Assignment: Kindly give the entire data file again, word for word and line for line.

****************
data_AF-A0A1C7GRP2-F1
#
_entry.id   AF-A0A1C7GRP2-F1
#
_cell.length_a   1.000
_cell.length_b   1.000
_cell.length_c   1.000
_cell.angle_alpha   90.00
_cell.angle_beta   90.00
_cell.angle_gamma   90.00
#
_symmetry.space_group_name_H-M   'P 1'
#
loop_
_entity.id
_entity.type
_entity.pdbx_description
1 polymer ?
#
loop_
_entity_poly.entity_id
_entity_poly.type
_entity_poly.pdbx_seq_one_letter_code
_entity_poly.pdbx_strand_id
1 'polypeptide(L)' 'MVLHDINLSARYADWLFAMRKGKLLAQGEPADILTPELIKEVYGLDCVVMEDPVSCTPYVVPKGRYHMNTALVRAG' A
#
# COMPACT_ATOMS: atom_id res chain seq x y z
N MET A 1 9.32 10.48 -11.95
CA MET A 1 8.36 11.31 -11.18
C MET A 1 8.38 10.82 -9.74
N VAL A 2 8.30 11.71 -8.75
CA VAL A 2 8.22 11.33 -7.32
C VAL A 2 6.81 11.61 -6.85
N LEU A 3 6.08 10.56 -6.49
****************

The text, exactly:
data_AF-A0A1C7GRP2-F1
#
_entry.id   AF-A0A1C7GRP2-F1
#
_cell.length_a   1.000
_cell.length_b   1.000
_cell.length_c   1.000
_cell.angle_alpha   90.00
_cell.angle_beta   90.00
_cell.angle_gamma   90.00
#
_symmetry.space_group_name_H-M   'P 1'
#
loop_
_entity.id
_entity.type
_entity.pdbx_description
1 polymer ?
#
loop_
_entity_poly.entity_id
_entity_poly.type
_entity_poly.pdbx_seq_one_letter_code
_entity_poly.pdbx_strand_id
1 'polypeptide(L)' 'MVLHDINLSARYADWLFAMRKGKLLAQGEPADILTPELIKEVYGLDCVVMEDPVSCTPYVVPKGRYHMNTALVRAG' A
#
# COMPACT_ATOMS: atom_id res chain seq x y z
N MET A 1 9.32 10.48 -11.95
CA MET A 1 8.36 11.31 -11.18
C MET A 1 8.38 10.82 -9.74
N VAL A 2 8.30 11.71 -8.75
CA VAL A 2 8.22 11.33 -7.32
C VAL A 2 6.81 11.61 -6.85
N LEU A 3 6.08 10.56 -6.49